Growing up in Oklahoma City, Okla., Rhonda Grayson remembers spending time at her grandparents’ home in the small community of Wewoka – the place where many of her closest family members built their lives. It was there that she was told stories of her ancestors, known as the Creek Freedmen, and learned how to cook traditional Native American dishes such as wild onions with eggs, poke salad made with American pokeweed and hominy, the corn used to make grits.
Grayson says that while she now understands that the food she grew up with is distinctly Native American, it just wasn’t something she thought of at the time. What she did become keenly aware of as she grew older was the push and pull of her two identities, both as an African and a member of the Muscogee Creek Nation, as her people fought for the tribal rights they had long ago been bestowed with.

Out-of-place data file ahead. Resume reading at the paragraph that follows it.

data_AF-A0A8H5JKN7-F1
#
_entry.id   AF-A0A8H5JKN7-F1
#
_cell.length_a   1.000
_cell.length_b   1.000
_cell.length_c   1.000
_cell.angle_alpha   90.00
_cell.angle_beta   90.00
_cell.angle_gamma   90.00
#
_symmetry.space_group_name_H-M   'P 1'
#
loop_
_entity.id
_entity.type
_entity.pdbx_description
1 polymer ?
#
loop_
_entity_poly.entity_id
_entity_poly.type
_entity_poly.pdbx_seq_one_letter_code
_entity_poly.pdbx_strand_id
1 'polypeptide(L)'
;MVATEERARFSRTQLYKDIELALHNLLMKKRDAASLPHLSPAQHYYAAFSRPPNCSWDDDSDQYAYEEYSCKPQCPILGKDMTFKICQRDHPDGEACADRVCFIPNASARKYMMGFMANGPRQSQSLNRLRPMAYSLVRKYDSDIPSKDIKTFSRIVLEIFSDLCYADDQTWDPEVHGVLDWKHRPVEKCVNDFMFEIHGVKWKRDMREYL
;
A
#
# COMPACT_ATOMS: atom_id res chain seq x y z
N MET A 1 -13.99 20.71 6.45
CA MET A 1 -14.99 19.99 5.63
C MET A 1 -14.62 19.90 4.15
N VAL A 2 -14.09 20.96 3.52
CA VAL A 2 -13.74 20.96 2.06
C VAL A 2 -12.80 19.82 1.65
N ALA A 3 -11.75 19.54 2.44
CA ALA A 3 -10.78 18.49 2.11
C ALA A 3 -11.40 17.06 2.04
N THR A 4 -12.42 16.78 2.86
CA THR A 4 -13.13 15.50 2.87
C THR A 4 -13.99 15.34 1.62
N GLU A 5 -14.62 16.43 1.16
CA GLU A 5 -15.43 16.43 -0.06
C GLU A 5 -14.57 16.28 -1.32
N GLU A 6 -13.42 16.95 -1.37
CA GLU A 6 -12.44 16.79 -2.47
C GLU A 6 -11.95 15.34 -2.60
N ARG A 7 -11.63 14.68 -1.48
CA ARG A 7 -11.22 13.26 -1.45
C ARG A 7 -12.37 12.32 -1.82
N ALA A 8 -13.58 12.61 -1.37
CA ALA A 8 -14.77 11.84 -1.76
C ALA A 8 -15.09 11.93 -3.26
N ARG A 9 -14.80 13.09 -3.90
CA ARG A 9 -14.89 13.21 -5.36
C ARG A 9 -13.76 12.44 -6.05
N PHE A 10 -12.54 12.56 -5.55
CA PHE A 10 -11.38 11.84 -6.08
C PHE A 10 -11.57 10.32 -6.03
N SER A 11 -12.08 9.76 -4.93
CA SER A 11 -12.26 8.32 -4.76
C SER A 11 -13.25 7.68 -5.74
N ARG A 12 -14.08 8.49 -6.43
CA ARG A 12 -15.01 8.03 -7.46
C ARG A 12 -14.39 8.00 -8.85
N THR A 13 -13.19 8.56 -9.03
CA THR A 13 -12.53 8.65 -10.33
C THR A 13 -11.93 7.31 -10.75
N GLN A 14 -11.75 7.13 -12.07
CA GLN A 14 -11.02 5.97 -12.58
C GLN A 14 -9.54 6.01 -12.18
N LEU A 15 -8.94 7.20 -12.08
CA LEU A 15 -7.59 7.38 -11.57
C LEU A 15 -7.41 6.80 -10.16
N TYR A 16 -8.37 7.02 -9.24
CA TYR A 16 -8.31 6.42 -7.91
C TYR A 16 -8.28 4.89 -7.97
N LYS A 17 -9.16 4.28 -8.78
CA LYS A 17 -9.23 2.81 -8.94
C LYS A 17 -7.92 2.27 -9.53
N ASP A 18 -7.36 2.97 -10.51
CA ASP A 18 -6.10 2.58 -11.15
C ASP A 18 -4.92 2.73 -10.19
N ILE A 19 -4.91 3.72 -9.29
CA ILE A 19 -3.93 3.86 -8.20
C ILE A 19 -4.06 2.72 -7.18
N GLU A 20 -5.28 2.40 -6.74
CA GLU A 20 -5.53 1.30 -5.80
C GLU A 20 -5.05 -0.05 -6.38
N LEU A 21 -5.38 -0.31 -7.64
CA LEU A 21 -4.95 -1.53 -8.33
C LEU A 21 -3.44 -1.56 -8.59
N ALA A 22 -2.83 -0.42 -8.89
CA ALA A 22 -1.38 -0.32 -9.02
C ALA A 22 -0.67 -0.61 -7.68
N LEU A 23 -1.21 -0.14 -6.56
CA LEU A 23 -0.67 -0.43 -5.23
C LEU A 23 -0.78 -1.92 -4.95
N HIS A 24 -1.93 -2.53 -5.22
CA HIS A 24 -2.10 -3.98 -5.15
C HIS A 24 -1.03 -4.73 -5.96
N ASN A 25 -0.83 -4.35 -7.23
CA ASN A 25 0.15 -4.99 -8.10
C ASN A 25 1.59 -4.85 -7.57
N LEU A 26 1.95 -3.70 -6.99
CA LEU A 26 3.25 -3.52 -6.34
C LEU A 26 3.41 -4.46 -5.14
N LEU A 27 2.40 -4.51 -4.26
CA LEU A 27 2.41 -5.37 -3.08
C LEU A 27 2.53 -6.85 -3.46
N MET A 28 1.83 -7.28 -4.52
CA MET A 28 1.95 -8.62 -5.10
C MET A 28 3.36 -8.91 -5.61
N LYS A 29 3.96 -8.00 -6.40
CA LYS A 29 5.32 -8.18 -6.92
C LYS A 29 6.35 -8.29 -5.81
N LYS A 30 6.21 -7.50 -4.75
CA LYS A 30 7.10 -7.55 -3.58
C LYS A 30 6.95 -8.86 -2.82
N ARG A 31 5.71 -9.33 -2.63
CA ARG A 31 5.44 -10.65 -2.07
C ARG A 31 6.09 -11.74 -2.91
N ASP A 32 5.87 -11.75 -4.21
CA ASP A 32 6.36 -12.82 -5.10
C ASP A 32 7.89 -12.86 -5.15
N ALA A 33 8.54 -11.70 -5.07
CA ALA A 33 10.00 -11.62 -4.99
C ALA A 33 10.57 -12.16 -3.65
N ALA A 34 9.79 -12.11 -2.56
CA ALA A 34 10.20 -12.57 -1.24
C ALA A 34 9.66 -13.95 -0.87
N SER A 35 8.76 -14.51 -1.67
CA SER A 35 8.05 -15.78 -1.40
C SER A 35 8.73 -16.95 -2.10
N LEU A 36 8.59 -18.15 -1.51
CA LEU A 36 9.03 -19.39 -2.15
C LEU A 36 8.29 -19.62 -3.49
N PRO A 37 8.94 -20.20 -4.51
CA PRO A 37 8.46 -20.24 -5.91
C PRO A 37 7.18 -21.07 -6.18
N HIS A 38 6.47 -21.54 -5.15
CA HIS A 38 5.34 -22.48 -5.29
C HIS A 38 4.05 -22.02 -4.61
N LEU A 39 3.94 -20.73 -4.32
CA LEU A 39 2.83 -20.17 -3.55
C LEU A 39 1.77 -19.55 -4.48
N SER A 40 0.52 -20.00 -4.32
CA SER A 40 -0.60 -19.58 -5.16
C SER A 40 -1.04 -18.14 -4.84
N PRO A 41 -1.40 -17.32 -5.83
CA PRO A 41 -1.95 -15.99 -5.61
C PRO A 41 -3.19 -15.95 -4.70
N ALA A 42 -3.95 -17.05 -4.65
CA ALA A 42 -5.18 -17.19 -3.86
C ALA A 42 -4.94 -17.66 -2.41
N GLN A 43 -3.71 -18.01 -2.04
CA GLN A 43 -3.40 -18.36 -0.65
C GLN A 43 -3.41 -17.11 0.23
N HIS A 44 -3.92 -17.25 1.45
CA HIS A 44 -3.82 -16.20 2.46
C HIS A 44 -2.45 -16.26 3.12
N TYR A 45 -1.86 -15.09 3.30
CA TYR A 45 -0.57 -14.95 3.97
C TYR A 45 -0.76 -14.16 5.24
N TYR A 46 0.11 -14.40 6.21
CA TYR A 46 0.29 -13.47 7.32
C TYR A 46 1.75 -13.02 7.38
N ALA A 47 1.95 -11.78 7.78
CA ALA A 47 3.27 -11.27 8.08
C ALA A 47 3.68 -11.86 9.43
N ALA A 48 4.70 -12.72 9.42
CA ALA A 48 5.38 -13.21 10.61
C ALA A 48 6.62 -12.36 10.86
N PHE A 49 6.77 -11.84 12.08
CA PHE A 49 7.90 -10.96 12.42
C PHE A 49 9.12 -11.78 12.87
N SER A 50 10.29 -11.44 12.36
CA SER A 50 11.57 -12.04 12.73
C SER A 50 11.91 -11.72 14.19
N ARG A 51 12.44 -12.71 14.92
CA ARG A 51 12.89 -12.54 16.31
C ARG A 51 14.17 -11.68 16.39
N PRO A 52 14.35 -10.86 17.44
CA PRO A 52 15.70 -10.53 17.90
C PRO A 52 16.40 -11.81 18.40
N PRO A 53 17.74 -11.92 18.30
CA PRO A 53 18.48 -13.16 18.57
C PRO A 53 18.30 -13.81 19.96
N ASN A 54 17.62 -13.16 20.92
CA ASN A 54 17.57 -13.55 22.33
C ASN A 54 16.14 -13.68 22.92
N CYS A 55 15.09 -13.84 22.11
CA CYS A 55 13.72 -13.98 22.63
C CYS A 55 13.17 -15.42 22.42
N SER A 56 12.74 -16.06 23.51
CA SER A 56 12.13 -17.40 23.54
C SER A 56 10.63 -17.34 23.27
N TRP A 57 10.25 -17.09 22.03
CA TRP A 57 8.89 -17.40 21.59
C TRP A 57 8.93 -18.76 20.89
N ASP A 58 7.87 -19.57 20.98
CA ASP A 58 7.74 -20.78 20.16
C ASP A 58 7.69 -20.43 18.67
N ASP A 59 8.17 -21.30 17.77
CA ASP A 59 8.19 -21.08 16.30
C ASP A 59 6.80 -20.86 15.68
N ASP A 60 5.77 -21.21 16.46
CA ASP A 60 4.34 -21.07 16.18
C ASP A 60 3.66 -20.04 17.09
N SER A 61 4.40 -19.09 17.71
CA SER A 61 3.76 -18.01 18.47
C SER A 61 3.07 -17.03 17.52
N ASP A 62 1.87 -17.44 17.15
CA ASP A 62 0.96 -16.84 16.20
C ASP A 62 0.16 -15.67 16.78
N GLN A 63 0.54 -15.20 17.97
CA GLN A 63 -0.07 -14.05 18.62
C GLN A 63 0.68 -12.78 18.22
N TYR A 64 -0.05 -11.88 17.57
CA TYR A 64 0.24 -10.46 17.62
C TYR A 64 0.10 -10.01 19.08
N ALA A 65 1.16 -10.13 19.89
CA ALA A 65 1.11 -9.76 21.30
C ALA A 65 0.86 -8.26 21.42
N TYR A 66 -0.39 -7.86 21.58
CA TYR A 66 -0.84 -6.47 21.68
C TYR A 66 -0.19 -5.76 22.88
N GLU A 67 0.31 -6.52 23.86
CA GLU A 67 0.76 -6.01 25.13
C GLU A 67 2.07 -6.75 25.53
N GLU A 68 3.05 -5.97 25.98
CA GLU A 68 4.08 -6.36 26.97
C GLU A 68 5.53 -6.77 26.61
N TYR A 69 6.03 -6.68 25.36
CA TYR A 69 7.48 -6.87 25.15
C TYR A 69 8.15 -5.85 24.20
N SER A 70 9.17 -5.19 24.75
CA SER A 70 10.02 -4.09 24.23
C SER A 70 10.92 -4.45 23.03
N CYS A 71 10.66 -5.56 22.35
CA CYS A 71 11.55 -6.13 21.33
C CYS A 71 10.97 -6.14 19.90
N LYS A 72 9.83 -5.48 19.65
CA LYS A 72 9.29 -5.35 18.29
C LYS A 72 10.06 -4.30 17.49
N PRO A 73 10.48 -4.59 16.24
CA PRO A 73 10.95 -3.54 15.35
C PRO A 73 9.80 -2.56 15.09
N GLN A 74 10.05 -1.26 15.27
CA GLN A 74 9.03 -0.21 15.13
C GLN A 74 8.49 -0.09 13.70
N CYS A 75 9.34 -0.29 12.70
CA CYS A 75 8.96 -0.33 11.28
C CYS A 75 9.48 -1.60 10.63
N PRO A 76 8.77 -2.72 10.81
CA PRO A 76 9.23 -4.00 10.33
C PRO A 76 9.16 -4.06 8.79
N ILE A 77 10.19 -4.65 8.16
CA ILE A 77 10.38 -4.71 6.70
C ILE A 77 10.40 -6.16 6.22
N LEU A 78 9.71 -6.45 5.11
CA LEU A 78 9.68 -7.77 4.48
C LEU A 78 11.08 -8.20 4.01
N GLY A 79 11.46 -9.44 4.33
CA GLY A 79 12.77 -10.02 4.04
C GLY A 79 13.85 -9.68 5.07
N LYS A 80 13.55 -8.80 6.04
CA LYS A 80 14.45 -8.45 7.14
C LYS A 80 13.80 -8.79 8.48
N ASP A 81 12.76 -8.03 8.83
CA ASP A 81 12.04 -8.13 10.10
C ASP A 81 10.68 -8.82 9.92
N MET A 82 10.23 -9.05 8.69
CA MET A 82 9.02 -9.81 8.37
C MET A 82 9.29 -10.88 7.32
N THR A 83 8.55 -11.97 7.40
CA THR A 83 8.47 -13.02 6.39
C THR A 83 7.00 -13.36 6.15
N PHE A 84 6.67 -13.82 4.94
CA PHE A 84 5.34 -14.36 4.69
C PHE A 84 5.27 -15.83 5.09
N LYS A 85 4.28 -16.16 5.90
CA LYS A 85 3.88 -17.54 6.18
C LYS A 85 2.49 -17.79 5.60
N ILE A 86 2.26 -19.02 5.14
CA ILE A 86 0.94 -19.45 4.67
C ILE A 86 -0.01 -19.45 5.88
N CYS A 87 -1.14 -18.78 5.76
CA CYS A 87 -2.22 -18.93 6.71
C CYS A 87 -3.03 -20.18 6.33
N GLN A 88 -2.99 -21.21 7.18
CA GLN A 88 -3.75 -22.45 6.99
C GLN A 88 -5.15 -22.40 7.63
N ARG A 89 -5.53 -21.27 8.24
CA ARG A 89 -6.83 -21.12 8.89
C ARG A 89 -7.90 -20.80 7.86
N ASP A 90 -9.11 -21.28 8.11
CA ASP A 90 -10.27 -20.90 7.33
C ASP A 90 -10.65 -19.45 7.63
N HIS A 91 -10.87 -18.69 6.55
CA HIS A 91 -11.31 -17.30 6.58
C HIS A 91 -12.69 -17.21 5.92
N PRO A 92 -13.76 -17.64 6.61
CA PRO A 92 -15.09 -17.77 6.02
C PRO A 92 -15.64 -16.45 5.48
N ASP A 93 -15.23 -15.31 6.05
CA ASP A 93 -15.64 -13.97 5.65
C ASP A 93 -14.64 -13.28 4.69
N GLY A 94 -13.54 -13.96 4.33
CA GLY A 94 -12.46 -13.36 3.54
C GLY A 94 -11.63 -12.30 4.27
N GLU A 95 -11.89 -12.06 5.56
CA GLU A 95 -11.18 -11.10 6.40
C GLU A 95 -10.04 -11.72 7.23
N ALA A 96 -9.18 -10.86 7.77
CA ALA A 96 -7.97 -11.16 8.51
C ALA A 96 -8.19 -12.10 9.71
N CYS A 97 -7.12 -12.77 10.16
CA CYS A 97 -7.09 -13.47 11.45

One of the largest federally recognized Native American tribes in the United States, the Muscogee Creek Nation spans more than 7,000 square miles across the state of Oklahoma from as north as the city of Tulsa all the way down to the Canadian River, the largest tributary of the Arkansas River. More than 86,000 enrolled citizens can be found there today, all descendants of the Natives and Africans who made their way across the country by foot along the notorious Trail of Tears back in the 1830s.